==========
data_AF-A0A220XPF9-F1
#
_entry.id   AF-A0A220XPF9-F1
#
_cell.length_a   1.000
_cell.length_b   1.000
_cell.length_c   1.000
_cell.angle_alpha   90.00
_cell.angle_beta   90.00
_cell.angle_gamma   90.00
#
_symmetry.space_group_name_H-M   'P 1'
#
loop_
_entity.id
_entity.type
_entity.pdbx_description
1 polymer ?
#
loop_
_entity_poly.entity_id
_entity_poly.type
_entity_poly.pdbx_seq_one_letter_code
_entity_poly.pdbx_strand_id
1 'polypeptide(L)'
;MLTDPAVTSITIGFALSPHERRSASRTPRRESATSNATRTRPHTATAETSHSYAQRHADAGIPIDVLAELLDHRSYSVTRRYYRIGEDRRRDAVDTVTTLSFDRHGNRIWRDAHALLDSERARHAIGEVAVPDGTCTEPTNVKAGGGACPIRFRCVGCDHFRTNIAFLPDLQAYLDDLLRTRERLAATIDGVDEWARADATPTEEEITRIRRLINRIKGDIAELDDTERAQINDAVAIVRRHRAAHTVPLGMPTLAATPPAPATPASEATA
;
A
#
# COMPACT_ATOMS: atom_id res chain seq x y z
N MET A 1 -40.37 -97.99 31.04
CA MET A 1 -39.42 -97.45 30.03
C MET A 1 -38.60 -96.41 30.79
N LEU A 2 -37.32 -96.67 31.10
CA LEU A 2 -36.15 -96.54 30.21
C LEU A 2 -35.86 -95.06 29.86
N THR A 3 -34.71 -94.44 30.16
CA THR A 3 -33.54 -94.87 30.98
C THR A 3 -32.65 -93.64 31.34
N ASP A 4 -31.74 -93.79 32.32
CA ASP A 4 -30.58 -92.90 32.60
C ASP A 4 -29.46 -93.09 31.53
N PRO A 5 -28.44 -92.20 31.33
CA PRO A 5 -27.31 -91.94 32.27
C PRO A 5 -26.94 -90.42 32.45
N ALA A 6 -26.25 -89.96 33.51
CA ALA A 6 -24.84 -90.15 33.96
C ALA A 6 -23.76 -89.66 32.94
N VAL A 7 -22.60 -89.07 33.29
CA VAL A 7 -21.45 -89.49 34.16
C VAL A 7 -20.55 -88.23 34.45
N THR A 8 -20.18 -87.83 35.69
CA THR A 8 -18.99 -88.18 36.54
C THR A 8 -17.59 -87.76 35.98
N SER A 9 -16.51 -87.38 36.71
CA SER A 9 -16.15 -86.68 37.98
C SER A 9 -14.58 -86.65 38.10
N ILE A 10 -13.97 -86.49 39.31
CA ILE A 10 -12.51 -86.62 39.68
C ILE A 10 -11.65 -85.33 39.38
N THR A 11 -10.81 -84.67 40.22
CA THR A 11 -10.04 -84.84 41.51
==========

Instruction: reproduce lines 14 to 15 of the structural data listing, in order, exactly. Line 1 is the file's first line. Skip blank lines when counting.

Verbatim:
loop_
_entity.id